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Risk Manag Healthc Policy. 2019 Feb 27;12:31-39. doi: 10.2147/RMHP.S159073. eCollection 2019.

Managing risk for aging patients in long-term care: a narrative review of practices to support communication, documentation, and safe patient care practices.

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1
Health Law and Ageing Research Unit, Department of Forensic Medicine, Faculty of Medicine, Nursing and Health Sciences, Monash University, Melbourne, VIC 3006, Australia, joseph.ibrahim@monash.edu.

Abstract

Resident safety and welfare in long-term care (LTC) is being redefined as the focus shifts to promoting an optimal quality of life especially in LTC. Achieving this requires contemporary practice to improve the organization and staff's ability in identifying, communicating, documenting, and managing the risks that arise from the choices a person makes in pursuit of a better quality of life. This article is a narrative realist style review examining the issues of how to manage risks for older residents living in LTC. The issues are examined in six stages: context, identifying, communicating, documenting, enacting, reviewing and reflecting on how choices are made and risks managed. It is important for individuals to be supported in making an informed choice - this requires identifying, providing, and communicating the available options and the potential consequences. Documenting consent, perhaps with formal risk agreements, provides clarity for all involved and assists in determining how and who is responsible for enacting choices. Reviewing and reflecting upon the decisions and actions to enact choices are familiar to prudent LTC managers who implement and monitor robust governance systems. Learning from these experiences is essential to better meet individual resident, staff, organizational, and community expectations. Improving practice at each of the six steps should reduce adverse professional and legal repercussions and enable the resident, families, and staff to better cope with respecting choices when a known harmful outcome eventuates.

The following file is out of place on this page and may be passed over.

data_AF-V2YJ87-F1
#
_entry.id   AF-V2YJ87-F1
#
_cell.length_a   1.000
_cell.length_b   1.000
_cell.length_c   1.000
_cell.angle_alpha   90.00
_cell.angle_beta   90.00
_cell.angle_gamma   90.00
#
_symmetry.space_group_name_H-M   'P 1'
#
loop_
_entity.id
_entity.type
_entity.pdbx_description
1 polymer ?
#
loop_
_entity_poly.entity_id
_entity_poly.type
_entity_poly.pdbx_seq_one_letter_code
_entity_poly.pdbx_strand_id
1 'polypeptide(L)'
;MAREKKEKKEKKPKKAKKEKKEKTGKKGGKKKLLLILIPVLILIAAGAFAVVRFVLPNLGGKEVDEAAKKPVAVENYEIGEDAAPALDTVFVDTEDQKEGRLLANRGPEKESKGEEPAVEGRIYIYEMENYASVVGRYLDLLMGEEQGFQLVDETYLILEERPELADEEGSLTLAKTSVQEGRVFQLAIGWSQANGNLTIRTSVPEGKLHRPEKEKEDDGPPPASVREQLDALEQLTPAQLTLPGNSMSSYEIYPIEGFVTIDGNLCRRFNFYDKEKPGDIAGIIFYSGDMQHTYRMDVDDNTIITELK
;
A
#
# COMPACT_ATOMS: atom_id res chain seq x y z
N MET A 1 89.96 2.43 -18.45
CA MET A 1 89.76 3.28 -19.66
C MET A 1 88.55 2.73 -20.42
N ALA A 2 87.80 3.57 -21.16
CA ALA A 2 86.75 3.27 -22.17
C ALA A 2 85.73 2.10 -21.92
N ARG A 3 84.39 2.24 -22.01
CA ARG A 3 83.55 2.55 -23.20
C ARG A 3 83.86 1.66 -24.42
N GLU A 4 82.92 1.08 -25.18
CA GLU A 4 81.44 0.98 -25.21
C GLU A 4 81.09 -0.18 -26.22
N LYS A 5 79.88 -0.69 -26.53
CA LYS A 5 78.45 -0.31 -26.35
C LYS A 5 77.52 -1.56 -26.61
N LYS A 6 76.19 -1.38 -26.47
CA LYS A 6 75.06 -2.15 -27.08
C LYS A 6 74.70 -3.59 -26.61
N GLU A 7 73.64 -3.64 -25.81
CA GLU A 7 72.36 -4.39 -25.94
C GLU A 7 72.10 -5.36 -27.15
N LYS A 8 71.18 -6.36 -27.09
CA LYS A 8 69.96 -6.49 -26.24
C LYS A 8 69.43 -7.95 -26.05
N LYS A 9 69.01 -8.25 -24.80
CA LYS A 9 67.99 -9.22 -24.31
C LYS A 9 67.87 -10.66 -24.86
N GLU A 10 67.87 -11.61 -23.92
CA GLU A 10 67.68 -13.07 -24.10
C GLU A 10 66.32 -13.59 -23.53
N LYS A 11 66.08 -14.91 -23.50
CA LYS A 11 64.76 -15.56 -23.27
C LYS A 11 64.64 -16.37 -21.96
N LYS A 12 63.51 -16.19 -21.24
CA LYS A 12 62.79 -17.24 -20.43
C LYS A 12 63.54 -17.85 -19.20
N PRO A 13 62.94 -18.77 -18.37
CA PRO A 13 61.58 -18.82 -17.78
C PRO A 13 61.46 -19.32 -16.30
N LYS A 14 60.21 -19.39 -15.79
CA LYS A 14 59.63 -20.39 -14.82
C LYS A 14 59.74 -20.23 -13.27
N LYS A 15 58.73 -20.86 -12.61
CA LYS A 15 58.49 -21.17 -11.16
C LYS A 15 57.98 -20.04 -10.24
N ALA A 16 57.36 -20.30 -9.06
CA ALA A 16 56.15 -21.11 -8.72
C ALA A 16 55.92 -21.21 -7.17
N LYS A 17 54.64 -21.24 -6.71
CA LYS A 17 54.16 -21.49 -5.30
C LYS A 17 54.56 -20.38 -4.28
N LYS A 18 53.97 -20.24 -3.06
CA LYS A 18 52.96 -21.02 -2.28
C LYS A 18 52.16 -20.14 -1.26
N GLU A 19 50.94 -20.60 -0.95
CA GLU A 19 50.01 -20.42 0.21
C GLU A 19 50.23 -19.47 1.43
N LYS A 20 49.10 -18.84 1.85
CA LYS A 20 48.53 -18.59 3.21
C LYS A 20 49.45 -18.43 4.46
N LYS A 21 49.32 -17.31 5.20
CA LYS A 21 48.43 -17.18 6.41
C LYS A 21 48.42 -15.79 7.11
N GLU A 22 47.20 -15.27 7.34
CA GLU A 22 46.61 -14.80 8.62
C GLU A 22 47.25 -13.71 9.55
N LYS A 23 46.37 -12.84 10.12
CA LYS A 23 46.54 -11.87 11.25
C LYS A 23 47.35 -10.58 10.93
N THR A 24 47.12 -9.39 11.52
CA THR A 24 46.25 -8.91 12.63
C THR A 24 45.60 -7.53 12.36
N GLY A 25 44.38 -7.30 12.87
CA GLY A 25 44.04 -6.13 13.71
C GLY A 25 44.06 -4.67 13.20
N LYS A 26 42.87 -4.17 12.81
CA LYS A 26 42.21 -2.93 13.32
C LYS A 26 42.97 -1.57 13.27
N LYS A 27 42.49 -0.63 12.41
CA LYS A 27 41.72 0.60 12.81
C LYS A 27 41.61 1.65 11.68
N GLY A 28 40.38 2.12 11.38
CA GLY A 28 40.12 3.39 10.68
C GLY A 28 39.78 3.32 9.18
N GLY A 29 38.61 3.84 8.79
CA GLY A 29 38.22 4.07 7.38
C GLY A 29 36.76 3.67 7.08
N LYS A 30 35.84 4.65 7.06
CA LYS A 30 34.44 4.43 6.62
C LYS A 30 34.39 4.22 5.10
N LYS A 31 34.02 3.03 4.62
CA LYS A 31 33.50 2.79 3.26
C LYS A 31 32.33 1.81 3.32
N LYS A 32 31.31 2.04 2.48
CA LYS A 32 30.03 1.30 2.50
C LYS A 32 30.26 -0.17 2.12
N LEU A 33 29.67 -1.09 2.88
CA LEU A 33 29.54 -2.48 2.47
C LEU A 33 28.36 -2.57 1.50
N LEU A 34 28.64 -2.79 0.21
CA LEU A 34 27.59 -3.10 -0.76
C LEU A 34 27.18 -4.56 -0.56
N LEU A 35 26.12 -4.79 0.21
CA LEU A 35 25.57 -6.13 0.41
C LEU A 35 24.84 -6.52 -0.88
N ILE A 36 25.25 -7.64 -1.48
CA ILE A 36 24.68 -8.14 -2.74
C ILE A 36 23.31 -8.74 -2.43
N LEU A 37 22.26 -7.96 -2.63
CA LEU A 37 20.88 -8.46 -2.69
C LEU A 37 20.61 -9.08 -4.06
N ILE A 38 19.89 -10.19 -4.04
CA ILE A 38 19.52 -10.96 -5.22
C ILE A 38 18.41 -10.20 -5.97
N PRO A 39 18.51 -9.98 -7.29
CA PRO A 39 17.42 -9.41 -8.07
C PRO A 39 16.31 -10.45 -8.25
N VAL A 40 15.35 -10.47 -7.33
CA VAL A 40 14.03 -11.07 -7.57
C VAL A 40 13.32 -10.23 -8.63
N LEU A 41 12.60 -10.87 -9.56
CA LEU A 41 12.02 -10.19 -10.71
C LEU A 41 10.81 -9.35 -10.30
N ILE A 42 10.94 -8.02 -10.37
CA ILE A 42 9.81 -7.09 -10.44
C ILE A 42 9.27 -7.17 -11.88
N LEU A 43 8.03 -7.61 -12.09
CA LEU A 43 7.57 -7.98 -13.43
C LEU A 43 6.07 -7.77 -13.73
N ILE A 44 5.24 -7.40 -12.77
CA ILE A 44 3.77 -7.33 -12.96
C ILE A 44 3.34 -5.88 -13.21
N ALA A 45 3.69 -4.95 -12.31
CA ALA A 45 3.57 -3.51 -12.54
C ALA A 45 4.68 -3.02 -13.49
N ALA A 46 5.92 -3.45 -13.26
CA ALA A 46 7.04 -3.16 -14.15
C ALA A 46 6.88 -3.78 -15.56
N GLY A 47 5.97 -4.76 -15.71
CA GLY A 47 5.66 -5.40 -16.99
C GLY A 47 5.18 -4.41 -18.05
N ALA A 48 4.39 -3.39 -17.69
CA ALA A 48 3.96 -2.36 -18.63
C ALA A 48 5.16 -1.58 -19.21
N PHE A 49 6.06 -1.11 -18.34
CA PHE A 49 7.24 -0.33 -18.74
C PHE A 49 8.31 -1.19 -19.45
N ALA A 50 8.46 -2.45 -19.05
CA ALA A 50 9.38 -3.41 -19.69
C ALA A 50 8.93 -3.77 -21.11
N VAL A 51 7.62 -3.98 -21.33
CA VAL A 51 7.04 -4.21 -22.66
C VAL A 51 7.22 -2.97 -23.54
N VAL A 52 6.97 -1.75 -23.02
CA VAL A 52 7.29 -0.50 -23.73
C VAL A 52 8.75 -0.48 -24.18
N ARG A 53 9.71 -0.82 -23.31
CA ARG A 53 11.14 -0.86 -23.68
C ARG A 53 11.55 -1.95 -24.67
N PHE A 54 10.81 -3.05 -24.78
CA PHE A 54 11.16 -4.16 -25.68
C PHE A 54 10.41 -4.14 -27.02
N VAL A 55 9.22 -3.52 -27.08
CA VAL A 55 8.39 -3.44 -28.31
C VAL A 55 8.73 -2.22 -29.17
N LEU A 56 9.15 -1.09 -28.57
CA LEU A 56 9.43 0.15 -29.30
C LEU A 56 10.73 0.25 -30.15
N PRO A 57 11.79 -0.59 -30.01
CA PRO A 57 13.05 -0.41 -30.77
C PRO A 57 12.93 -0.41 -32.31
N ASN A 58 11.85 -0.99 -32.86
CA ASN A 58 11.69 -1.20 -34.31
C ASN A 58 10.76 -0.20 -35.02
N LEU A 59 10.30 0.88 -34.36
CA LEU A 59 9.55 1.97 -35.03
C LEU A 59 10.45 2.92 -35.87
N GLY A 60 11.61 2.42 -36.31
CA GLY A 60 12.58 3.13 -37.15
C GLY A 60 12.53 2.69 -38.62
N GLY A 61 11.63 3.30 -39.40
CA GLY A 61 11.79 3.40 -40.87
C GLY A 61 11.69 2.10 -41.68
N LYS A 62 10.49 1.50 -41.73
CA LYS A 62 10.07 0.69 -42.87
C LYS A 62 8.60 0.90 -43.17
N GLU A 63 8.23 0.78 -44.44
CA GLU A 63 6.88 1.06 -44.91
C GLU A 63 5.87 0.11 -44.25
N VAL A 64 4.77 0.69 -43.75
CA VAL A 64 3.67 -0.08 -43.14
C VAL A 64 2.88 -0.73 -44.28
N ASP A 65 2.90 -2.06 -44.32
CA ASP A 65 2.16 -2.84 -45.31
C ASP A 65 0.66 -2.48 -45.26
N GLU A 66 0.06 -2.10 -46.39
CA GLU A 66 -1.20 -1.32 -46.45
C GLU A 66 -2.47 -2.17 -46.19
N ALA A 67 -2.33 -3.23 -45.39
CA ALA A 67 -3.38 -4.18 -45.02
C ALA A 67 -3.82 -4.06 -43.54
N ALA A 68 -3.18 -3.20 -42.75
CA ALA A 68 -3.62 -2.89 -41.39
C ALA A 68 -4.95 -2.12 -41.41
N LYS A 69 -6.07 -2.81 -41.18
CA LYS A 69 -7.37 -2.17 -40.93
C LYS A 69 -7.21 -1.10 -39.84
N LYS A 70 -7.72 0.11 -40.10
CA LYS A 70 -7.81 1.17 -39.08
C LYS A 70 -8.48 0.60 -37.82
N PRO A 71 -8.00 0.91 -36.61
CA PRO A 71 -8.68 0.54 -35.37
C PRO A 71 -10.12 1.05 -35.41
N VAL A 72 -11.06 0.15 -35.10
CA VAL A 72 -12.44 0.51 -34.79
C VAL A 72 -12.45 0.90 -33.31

KEYWORDS:

choice; dignity of risk; forensic gerontology; long-term care; quality of life; risk management

Conflict of interest statement

Disclosure The authors are affiliated with and employed by the Health Law and Ageing Research Unit, Department of Forensic Medicine, Monash University, which is also a funding source. The authors have no other potential financial or personal interests that may constitute a source of bias.

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